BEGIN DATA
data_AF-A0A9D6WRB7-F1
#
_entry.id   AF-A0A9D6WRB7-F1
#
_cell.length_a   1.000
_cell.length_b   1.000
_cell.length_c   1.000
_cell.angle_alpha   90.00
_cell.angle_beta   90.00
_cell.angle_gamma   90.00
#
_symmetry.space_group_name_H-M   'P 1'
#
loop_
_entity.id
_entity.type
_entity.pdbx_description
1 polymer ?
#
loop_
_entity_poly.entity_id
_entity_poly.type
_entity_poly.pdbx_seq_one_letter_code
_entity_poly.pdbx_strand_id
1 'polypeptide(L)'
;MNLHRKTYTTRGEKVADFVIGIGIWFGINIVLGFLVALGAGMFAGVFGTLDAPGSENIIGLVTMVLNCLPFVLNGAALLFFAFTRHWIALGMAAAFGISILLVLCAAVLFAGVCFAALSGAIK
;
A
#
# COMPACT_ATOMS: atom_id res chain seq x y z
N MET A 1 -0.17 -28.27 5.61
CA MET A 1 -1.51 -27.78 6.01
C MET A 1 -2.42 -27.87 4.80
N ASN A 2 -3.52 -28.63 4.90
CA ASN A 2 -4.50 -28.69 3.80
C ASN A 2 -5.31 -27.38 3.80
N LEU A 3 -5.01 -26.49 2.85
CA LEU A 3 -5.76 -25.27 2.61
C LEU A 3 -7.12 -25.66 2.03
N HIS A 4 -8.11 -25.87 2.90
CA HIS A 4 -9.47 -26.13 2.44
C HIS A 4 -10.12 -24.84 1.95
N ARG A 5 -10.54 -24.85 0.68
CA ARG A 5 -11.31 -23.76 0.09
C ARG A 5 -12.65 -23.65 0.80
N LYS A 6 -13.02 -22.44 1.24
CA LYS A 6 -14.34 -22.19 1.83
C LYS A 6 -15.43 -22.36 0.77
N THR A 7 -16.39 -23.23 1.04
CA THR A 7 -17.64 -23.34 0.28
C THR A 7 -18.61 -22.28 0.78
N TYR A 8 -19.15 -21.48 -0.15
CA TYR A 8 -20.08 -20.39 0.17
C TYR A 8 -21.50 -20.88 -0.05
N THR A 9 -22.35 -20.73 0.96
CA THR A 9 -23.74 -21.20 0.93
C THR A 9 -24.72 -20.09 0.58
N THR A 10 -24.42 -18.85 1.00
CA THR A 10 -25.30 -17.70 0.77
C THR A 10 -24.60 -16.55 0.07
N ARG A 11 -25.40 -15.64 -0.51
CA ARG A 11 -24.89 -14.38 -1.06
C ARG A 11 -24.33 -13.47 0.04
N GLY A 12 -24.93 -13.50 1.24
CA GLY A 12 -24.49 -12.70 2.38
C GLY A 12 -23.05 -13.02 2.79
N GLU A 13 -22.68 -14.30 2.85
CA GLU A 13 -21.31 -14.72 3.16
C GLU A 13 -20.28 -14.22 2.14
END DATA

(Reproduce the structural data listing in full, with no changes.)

data_AF-A0A9D6WRB7-F1
#
_entry.id   AF-A0A9D6WRB7-F1
#
_cell.length_a   1.000
_cell.length_b   1.000
_cell.length_c   1.000
_cell.angle_alpha   90.00
_cell.angle_beta   90.00
_cell.angle_gamma   90.00
#
_symmetry.space_group_name_H-M   'P 1'
#
loop_
_entity.id
_entity.type
_entity.pdbx_description
1 polymer ?
#
loop_
_entity_poly.entity_id
_entity_poly.type
_entity_poly.pdbx_seq_one_letter_code
_entity_poly.pdbx_strand_id
1 'polypeptide(L)'
;MNLHRKTYTTRGEKVADFVIGIGIWFGINIVLGFLVALGAGMFAGVFGTLDAPGSENIIGLVTMVLNCLPFVLNGAALLFFAFTRHWIALGMAAAFGISILLVLCAAVLFAGVCFAALSGAIK
;
A
#
# COMPACT_ATOMS: atom_id res chain seq x y z
N MET A 1 -0.17 -28.27 5.61
CA MET A 1 -1.51 -27.78 6.01
C MET A 1 -2.42 -27.87 4.80
N ASN A 2 -3.52 -28.63 4.90
CA ASN A 2 -4.50 -28.69 3.80
C ASN A 2 -5.31 -27.38 3.80
N LEU A 3 -5.01 -26.49 2.85
CA LEU A 3 -5.76 -25.27 2.61
C LEU A 3 -7.12 -25.66 2.03
N HIS A 4 -8.11 -25.87 2.90
CA HIS A 4 -9.47 -26.13 2.44
C HIS A 4 -10.12 -24.84 1.95
N ARG A 5 -10.54 -24.85 0.68
CA ARG A 5 -11.31 -23.76 0.09
C ARG A 5 -12.65 -23.65 0.80
N LYS A 6 -13.02 -22.44 1.24
CA LYS A 6 -14.34 -22.19 1.83
C LYS A 6 -15.43 -22.36 0.77
N THR A 7 -16.39 -23.23 1.04
CA THR A 7 -17.64 -23.34 0.28
C THR A 7 -18.61 -22.28 0.78
N TYR A 8 -19.15 -21.48 -0.15
CA TYR A 8 -20.08 -20.39 0.17
C TYR A 8 -21.50 -20.88 -0.05
N THR A 9 -22.35 -20.73 0.96
CA THR A 9 -23.74 -21.20 0.93
C THR A 9 -24.72 -20.09 0.58
N THR A 10 -24.42 -18.85 1.00
CA THR A 10 -25.30 -17.70 0.77
C THR A 10 -24.60 -16.55 0.07
N ARG A 11 -25.40 -15.64 -0.51
CA ARG A 11 -24.89 -14.38 -1.06
C ARG A 11 -24.33 -13.47 0.04
N GLY A 12 -24.93 -13.50 1.24
CA GLY A 12 -24.49 -12.70 2.38
C GLY A 12 -23.05 -13.02 2.79
N GLU A 13 -22.68 -14.30 2.85
CA GLU A 13 -21.31 -14.72 3.16
C GLU A 13 -20.28 -14.22 2.14